Comic take on classic play


Michelle Fromm

Witches practice their dance in front of the cauldron.

Lakeland College’s theatre department is taking a new direction this year for the upcoming fall play “Farndale Macbeth, a Scottish Play.” The previous shows have been more serious performances, but this year will be something completely different. This kind of show has never been done before on the Bradley Building’s stage. Director Charlie Krebs, associate professor of theatre and communication, plans to make it a fun and entertaining show for the students and faculty at Lakeland.

The show will open on Thursday, Nov. 14 at 7:30 p.m. The show will run through the weekend and close with Sunday, Nov. 17’s matinée performance at 2:00 p.m.

“It is a chance for the students to experience the creative process,” said Krebs on the subject of what the performers, students and staff will get out of the show.

Actress Rachel Siehs, a senior history major, plays a king named Duncan. Siehs says she is excited and ready to go.

Siehs said so far in the production she is most proud of, “the entire experience of the show and working as a team to put the show together.”

According to Krebs, the original show is set in a suburb of London, England. The Lakeland version of the show will be set in New Jersey and will be portraying a bunch of college students who are attending a college called Farndale Community College. These students believe that they are the best stage performers in the country. In reality, these performers are far from the best, being uncoordinated and having trouble memorizing their lines for the show they are performing, which is “Macbeth.”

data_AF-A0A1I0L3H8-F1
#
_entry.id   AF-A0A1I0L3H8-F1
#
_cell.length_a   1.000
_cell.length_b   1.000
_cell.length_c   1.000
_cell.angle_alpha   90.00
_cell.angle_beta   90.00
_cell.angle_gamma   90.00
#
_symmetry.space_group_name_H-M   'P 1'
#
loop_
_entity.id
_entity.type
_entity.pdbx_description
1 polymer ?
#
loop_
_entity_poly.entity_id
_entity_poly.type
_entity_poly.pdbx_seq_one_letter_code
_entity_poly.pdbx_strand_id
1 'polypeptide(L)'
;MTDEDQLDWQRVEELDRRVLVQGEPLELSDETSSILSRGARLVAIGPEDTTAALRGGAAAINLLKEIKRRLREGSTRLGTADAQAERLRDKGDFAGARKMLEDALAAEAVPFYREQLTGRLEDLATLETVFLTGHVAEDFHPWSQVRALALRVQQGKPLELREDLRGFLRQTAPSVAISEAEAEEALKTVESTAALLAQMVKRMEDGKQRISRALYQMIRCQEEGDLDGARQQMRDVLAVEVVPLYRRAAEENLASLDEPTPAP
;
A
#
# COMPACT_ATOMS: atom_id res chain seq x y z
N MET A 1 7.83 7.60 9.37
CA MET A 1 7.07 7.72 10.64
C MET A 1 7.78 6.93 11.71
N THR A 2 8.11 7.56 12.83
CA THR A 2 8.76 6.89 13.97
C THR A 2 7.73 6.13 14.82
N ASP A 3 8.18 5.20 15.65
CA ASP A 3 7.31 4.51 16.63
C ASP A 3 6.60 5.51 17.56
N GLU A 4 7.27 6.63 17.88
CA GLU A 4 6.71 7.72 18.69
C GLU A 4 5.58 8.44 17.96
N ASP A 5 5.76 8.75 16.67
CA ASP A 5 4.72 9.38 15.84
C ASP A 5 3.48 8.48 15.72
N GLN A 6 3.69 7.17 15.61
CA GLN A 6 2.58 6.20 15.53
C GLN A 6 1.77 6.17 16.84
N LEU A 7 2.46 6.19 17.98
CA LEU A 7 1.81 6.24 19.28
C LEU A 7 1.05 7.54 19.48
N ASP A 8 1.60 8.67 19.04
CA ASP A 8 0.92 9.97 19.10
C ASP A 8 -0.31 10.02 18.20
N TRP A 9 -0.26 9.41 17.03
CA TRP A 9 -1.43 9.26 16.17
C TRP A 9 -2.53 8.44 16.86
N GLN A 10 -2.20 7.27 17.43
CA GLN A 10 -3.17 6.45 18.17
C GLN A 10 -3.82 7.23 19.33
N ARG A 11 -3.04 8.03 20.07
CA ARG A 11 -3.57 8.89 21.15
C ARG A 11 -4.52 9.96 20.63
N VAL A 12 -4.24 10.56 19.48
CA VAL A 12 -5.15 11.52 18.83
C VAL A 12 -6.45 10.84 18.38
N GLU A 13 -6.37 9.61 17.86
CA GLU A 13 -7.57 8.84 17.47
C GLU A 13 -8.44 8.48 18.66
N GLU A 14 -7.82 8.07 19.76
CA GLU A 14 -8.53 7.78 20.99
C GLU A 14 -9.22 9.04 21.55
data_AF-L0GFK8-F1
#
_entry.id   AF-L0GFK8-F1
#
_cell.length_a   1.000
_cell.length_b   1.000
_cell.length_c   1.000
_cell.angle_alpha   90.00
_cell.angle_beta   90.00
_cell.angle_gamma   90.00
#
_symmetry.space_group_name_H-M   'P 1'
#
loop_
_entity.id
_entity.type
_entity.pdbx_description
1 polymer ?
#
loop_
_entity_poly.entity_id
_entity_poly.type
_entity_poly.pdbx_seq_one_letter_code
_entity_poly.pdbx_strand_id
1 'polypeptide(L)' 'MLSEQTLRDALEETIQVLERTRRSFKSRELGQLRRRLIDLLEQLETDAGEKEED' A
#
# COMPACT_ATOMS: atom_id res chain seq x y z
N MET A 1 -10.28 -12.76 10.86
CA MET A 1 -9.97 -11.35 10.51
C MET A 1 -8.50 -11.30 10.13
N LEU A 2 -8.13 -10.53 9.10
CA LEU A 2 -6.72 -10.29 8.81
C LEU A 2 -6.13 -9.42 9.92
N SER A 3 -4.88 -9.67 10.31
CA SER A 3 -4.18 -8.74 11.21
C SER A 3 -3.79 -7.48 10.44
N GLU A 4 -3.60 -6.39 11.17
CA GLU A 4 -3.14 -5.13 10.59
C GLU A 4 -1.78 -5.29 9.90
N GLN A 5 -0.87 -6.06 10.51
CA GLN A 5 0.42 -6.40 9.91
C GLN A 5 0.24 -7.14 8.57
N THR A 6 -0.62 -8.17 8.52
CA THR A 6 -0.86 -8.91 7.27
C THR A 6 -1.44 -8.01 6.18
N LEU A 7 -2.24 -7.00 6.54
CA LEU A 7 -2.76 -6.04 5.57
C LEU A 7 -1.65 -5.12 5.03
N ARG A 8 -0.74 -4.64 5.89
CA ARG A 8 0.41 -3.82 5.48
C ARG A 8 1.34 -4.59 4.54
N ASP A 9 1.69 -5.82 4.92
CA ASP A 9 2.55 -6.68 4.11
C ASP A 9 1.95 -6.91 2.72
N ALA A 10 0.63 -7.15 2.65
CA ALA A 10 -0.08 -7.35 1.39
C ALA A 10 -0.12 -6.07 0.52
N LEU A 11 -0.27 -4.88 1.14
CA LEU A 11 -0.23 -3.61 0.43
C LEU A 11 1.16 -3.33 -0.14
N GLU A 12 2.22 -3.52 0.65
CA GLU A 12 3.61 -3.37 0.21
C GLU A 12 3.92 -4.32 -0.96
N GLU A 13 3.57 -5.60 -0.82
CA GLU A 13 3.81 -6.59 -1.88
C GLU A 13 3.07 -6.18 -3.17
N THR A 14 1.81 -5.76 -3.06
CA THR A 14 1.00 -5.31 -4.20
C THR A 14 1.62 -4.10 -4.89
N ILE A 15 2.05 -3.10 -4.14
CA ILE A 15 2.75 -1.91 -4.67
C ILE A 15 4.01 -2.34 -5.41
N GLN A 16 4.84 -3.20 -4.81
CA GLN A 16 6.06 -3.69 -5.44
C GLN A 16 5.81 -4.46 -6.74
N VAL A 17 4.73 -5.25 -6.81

Like the original “Macbeth,” the performers must not say the word ‘Macbeth’ because it is unlucky for the stage performers. In the title of the show, the word ‘Macbeth’ is crossed out and in its place is the phrase, “A Scottish Play,” to add to the humor of the show.

According to the cast members, they will be wearing strange costumes that add to the show’s comedy. For example, the nine witches in the show will be wearing large purple satin capes.

Krebs wanted to bring a comedy to the Bradley Building’s stage at Lakeland. For the past few years, the many plays and musicals performed at Lakeland have been more serious shows, including “Fiddler on the Roof,” “Romeo and Juliet,” “Soli deo Gloria” and “Equis.” Krebs said, “I wanted to take a break this year from the dramatic shows and let the school sit back and laugh.”

Actress Madeline Pearson, a sophomore computer science major who plays Haley, one of the nine witches, said, “I like to get people to laugh, and I like to hear the audience laugh.” She’s looking forward to seeing how the show comes together in late fall.

So far in rehearsal, the cast has been strictly off of their scripts so they can get their lines memorized. Sunday, Oct. 20 was the first rehearsal that the cast tried to run through the show off script.

Lead actress Katherine Zielsdorf, a sophomore education major who plays Macbeth, says that memorizing her lines was tough, but she is very excited to get into character.

“I’ve never had a lead role before, and this is my first Lakeland show,” Zielsdorf said.

Krebs enjoys that the students have been coming up with a lot of the comedic sketches in the play. The nine witches in the show helped design a musical number in the show, which they will rap rather than sing in a traditional classical music style.

Non-Lakeland students will need to purchase tickets for this production. Lakeland students may pick up a free ticket in Nash, and the show will count as a convocation credit for them. The runtime of the play will be about an hour and a half.